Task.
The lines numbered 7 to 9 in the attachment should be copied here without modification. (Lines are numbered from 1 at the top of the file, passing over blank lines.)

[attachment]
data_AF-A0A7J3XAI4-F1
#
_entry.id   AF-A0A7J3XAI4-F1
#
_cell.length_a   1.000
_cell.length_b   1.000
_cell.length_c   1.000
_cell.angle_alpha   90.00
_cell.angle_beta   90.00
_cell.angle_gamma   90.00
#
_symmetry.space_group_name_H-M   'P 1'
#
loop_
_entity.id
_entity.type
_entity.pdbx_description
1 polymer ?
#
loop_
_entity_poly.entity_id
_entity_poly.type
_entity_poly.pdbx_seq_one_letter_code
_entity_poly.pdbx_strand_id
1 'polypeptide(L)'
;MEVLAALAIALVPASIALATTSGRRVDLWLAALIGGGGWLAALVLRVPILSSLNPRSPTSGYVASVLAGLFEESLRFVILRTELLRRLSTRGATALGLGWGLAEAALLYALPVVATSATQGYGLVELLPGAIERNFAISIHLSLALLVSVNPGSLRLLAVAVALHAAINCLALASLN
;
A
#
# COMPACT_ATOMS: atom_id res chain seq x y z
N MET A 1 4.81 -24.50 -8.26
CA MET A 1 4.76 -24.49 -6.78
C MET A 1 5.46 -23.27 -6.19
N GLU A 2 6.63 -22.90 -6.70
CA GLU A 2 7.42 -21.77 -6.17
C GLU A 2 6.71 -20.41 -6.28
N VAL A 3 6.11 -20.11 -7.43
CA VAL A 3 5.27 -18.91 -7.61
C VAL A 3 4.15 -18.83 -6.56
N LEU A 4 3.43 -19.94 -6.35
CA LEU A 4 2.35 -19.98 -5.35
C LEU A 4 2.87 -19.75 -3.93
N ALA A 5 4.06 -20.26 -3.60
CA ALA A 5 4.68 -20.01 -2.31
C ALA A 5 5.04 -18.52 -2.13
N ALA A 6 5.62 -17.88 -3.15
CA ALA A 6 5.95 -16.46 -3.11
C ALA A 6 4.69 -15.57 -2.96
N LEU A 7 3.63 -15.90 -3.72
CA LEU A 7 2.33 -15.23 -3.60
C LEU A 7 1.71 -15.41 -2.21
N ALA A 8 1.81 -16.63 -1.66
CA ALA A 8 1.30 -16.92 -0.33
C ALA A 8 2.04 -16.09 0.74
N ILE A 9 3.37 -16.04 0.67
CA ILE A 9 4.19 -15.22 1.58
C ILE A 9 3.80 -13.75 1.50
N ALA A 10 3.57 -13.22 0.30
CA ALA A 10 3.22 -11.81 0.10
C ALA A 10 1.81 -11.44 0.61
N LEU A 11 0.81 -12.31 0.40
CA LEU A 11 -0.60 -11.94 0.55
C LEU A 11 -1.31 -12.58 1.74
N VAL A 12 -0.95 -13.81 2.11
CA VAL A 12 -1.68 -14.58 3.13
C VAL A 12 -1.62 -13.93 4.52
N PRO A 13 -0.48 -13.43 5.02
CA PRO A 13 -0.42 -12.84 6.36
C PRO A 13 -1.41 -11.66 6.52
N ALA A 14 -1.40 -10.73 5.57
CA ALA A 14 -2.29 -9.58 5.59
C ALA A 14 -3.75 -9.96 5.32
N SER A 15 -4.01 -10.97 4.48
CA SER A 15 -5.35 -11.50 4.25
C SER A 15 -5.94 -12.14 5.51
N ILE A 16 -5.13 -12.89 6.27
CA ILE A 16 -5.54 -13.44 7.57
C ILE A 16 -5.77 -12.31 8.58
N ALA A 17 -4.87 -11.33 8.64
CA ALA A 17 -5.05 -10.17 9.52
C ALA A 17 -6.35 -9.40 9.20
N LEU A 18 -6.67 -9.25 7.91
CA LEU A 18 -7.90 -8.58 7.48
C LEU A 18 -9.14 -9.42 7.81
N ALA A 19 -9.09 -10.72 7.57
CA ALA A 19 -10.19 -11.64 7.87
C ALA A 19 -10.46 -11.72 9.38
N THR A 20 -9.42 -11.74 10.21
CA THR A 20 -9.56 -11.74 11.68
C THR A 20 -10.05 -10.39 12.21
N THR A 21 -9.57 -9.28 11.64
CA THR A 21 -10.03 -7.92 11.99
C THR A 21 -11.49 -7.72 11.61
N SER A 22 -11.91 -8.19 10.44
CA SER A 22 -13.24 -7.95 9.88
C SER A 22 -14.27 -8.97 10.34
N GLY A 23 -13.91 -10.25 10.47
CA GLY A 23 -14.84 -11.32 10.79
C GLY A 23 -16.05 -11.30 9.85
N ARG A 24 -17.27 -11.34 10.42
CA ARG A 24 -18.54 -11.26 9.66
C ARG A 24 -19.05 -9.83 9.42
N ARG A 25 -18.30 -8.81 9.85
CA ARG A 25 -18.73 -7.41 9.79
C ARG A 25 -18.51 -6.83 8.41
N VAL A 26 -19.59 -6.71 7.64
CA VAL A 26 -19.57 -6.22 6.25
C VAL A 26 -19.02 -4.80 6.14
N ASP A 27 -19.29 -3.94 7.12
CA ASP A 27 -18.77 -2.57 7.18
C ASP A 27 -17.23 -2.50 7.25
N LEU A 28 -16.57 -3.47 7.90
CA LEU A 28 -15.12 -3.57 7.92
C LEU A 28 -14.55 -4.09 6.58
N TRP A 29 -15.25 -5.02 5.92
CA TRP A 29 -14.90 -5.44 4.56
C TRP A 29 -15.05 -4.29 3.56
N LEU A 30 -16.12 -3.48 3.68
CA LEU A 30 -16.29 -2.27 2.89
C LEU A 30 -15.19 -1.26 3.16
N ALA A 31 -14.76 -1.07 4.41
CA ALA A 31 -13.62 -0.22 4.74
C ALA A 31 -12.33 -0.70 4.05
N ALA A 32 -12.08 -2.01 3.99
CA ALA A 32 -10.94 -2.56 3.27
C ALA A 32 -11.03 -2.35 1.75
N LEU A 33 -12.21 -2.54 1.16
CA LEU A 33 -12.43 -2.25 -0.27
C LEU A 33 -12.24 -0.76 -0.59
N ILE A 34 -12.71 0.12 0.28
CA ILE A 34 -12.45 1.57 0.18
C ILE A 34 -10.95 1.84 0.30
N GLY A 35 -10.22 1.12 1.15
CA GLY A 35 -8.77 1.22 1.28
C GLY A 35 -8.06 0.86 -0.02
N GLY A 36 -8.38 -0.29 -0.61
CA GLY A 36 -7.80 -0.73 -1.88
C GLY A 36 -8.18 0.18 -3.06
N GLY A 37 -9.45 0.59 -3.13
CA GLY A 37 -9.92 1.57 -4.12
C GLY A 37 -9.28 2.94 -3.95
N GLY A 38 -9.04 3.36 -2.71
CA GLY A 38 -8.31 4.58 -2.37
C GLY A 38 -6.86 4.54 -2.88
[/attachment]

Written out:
_cell.length_c   1.000
_cell.angle_alpha   90.00
_cell.angle_beta   90.00